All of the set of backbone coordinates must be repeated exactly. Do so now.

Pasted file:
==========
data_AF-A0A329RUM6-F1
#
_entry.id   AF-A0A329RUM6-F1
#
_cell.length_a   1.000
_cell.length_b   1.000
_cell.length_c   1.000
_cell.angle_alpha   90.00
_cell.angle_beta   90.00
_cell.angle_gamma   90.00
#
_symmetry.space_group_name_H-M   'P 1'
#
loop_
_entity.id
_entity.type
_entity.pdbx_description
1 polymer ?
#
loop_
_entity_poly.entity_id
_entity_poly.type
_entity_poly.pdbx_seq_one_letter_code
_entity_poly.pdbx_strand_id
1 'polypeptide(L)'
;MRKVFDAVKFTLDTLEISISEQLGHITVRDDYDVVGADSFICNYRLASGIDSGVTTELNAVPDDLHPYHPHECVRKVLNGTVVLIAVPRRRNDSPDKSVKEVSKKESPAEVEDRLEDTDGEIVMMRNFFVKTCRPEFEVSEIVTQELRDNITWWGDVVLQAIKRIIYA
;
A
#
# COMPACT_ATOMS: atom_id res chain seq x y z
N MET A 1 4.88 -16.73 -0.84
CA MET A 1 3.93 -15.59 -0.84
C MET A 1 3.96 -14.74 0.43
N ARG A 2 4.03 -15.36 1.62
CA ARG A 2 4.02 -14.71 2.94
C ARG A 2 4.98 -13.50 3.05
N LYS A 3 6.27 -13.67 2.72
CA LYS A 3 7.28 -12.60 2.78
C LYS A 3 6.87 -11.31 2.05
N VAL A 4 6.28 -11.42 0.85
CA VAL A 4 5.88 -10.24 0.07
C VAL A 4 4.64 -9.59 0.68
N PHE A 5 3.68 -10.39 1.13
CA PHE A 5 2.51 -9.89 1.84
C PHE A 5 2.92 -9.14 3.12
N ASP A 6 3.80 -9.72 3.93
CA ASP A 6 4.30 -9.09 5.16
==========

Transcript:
data_AF-A0A329RUM6-F1
#
_entry.id   AF-A0A329RUM6-F1
#
_cell.length_a   1.000
_cell.length_b   1.000
_cell.length_c   1.000
_cell.angle_alpha   90.00
_cell.angle_beta   90.00
_cell.angle_gamma   90.00
#
_symmetry.space_group_name_H-M   'P 1'
#
loop_
_entity.id
_entity.type
_entity.pdbx_description
1 polymer ?
#
loop_
_entity_poly.entity_id
_entity_poly.type
_entity_poly.pdbx_seq_one_letter_code
_entity_poly.pdbx_strand_id
1 'polypeptide(L)'
;MRKVFDAVKFTLDTLEISISEQLGHITVRDDYDVVGADSFICNYRLASGIDSGVTTELNAVPDDLHPYHPHECVRKVLNGTVVLIAVPRRRNDSPDKSVKEVSKKESPAEVEDRLEDTDGEIVMMRNFFVKTCRPEFEVSEIVTQELRDNITWWGDVVLQAIKRIIYA
;
A
#
# COMPACT_ATOMS: atom_id res chain seq x y z
N MET A 1 4.88 -16.73 -0.84
CA MET A 1 3.93 -15.59 -0.84
C MET A 1 3.96 -14.74 0.43
N ARG A 2 4.03 -15.36 1.62
CA ARG A 2 4.02 -14.71 2.94
C ARG A 2 4.98 -13.50 3.05
N LYS A 3 6.27 -13.67 2.72
CA LYS A 3 7.28 -12.60 2.78
C LYS A 3 6.87 -11.31 2.05
N VAL A 4 6.28 -11.42 0.85
CA VAL A 4 5.88 -10.24 0.07
C VAL A 4 4.64 -9.59 0.68
N PHE A 5 3.68 -10.39 1.13
CA PHE A 5 2.51 -9.89 1.84
C PHE A 5 2.92 -9.14 3.12
N ASP A 6 3.80 -9.72 3.93
CA ASP A 6 4.30 -9.09 5.16